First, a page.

Charley Brewster hasn’t learned a damn thing from his vampire face-off back home in Las Vegas, because how else to explain his saying yes to a class trip to Romania? Oh, because this isn’t actually a sequel. This follow-up is actually more of a soft reboot out of pure laziness, but it (perhaps inadvertently) gives a nod to the original film’s 1988 sequel, Fright Night Part 2. In that film, Charley and friends have moved on to college but find themselves caught up in more vampiric shenanigans when a female vamp arrives to wreak saucy havoc. In that film, the lady bloodsucker is revealed to be the sister of the original’s Jerry Dandridge, and she’s looking for revenge on Charley. Here, though, the filmmakers have made the threat female mostly as an excuse to show some skin. In lieu of an actual narrative connection between her and the protagonists, the film instead casts her as a historical figure whose bloodlust has, over time, been responsible for numerous high-profile tragedies, including the Hindenburg disaster and the killing of the Black Dahlia. And yes, I do realize that none of this shows how the sequel respects the original.

So in the spirit of positivity, here are a few bits of note. While we still get CG antics, there are some bloody scenes in the form of people covered in the red stuff. And while the choice was made for budgetary reasons, the scene showing Gerri’s history via animation makes for a nice stylistic break from the rest of the film. And finally, all things being equal, this is one of the better-looking DTV sequels, as shooting in Romania allows for some bang for their buck when it comes to locations.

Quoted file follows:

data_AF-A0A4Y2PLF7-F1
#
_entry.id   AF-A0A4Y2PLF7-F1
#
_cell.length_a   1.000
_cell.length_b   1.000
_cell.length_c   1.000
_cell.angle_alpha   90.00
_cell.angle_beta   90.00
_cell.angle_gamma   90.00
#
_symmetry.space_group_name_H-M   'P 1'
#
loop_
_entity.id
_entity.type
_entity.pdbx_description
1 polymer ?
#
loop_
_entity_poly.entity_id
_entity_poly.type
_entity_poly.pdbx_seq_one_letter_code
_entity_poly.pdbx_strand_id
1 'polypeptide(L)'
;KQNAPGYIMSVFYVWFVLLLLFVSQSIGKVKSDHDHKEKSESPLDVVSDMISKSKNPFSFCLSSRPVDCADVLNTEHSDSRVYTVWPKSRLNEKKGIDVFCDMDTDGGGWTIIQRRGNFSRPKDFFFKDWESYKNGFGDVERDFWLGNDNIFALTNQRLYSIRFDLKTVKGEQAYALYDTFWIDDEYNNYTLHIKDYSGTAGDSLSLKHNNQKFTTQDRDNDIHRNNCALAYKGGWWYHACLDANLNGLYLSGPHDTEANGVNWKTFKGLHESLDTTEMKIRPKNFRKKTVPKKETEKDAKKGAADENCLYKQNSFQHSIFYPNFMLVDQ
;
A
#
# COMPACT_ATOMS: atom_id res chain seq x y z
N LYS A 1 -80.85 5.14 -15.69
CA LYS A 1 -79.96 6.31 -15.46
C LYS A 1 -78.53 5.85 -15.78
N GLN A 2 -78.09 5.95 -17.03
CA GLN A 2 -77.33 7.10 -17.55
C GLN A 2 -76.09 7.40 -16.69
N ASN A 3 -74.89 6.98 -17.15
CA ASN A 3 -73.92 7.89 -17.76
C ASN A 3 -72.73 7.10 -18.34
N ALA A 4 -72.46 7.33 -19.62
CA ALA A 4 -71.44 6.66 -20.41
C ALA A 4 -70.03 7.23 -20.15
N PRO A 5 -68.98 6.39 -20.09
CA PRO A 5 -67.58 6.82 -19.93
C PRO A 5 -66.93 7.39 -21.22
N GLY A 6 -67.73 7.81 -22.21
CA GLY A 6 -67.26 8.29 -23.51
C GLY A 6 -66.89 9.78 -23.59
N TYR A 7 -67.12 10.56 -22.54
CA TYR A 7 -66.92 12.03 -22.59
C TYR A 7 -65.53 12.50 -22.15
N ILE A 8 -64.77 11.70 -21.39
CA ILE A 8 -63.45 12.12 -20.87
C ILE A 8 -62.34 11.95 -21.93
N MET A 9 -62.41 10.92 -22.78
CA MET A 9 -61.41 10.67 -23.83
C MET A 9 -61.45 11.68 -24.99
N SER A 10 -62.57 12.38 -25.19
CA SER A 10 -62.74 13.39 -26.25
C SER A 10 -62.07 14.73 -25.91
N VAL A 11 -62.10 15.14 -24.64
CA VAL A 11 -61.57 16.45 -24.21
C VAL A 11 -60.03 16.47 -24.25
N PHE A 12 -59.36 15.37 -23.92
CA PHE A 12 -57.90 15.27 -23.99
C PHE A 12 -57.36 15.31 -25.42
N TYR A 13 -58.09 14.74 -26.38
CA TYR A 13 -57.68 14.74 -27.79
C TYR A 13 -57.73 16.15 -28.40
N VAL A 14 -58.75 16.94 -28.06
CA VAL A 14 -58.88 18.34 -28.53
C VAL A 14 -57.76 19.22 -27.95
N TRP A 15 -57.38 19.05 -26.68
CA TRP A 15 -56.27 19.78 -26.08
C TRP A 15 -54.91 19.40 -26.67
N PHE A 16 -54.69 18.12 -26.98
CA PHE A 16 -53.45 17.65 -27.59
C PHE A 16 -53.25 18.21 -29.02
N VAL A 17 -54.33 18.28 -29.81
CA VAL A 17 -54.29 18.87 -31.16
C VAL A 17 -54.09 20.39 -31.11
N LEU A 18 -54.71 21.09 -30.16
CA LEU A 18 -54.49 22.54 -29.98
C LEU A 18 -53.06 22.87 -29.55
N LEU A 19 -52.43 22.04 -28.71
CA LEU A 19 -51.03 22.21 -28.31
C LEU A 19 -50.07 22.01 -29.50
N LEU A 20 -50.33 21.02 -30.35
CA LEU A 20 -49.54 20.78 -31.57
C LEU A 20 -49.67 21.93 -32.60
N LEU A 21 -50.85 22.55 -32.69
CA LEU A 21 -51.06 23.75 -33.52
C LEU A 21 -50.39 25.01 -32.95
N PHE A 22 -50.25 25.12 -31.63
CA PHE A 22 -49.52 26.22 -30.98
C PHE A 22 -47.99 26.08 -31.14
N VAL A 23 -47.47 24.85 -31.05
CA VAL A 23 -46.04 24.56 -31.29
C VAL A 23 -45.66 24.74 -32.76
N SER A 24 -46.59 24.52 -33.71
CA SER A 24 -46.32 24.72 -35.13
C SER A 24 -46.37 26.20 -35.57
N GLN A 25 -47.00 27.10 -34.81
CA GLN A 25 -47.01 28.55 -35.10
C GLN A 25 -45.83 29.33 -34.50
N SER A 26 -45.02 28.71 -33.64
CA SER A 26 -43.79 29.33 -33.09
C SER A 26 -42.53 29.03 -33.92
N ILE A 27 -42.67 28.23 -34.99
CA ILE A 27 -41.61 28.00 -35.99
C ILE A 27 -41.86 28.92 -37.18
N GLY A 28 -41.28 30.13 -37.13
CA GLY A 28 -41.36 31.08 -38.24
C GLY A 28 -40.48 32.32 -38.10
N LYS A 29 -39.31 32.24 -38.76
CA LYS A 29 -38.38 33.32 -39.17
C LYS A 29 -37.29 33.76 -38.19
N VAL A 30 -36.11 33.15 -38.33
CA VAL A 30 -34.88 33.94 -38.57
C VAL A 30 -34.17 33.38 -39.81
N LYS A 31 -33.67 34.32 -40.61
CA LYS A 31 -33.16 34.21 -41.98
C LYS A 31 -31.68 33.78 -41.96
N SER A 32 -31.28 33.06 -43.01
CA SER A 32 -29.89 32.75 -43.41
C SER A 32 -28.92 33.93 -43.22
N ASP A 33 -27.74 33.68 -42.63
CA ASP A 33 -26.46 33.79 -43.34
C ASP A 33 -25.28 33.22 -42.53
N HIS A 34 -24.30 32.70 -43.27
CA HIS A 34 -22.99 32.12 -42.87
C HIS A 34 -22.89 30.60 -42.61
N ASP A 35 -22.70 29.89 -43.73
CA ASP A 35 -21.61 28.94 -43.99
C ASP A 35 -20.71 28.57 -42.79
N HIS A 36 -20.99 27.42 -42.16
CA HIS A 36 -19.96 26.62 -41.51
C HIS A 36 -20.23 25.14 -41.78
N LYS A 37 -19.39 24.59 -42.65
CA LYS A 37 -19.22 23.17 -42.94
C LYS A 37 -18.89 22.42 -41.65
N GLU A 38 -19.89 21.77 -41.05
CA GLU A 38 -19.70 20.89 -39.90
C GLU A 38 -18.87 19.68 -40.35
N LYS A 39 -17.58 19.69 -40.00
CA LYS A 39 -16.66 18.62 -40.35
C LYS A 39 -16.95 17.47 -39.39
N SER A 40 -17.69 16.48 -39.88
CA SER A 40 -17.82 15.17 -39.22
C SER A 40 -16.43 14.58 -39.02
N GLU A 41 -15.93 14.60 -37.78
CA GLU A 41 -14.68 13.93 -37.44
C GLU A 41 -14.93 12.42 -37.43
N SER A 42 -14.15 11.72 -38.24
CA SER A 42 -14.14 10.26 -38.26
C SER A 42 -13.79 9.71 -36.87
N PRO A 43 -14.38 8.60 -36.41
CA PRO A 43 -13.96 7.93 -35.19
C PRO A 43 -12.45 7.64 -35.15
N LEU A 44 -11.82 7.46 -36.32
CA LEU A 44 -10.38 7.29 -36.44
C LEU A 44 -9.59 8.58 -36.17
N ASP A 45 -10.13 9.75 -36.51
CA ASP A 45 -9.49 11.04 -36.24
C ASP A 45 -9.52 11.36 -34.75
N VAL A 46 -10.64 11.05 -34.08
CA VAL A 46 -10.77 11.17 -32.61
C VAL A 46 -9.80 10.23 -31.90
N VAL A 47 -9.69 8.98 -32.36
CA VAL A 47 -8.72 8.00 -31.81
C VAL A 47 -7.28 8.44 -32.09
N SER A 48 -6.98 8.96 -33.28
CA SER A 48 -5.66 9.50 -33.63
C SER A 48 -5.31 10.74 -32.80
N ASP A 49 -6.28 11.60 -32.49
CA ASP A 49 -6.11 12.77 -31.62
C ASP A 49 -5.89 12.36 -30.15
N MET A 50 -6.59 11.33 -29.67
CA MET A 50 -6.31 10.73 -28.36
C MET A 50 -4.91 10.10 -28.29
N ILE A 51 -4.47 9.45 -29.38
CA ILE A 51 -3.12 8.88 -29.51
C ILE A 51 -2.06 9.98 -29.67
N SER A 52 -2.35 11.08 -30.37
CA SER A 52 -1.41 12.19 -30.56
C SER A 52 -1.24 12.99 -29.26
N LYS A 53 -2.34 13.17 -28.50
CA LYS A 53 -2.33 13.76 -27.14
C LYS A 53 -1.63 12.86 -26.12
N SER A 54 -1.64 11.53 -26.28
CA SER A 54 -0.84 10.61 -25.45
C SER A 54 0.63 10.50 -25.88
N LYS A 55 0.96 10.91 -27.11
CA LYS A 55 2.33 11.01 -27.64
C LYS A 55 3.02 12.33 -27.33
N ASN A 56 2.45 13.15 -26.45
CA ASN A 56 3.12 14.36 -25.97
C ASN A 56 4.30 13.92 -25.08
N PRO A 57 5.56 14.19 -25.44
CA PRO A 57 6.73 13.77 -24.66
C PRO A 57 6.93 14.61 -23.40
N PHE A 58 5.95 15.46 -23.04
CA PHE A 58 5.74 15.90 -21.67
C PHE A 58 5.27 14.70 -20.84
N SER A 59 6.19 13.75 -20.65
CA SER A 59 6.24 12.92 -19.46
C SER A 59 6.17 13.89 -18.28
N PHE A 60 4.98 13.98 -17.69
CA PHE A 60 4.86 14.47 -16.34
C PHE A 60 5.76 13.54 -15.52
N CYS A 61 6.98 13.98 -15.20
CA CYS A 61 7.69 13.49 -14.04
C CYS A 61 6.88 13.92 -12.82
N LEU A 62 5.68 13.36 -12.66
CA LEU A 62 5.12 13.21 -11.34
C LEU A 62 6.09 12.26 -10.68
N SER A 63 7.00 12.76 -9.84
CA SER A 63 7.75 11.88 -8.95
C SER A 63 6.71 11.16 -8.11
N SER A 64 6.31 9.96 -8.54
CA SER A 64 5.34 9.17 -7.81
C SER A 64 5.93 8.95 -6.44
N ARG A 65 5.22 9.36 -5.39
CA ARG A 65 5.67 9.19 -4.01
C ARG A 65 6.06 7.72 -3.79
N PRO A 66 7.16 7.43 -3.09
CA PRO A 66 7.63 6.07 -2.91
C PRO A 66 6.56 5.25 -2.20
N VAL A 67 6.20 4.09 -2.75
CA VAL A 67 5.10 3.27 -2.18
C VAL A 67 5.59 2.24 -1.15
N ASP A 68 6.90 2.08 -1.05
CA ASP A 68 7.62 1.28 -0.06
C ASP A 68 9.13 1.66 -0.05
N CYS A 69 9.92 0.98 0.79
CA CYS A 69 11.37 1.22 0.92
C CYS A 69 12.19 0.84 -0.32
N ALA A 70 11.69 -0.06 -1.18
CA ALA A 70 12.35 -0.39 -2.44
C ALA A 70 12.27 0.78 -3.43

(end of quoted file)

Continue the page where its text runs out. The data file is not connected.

How the Sequel Shits on the Original

Taking a cue from the paragraph above, while New Blood isn’t really a sequel it’s still a pretty poor movie. It’s basically the same plot once again recycled from both the original 1985 feature and the 2011 remake – a male lead named Charley has a best friend named Ed and a girl he likes named Amy, and while Ed is turned into a vamp and killed, Amy is targeted by the vamp but survives with the help of a reluctant hero named Peter. The setups are near identical, but the differences between this version of the tale and those two previous ones are legion.

The most obvious step down comes in the form of budget, but while that affects visual effects, star power, and the scope of set-pieces, all of those things can be forgiven by talent, skill, and a creative script. Unfortunately, and unsurprisingly, we get none of that here. The big draw in both Fright Night originals is the charms, talents, and chemistry of their respective casts, but here everyone is dumbed down to their core characters, leaving nothing for viewers to find appealing about them. That’s fine if the genre elements make up for it, but that’s never the case here.

Conclusion

Like far too many DTV sequels, this one is a miss as it hits only the most basic of beats without delivering thrills or personality. We just don’t care about these characters, and the horror sequences fail to stand out in any way. Worse, and honestly this is the bigger crime, its ubiquitous availability to stream and on Blu-ray is a slap in the face for those of us still craving a release of 1988’s sequel, which isn’t available in any format.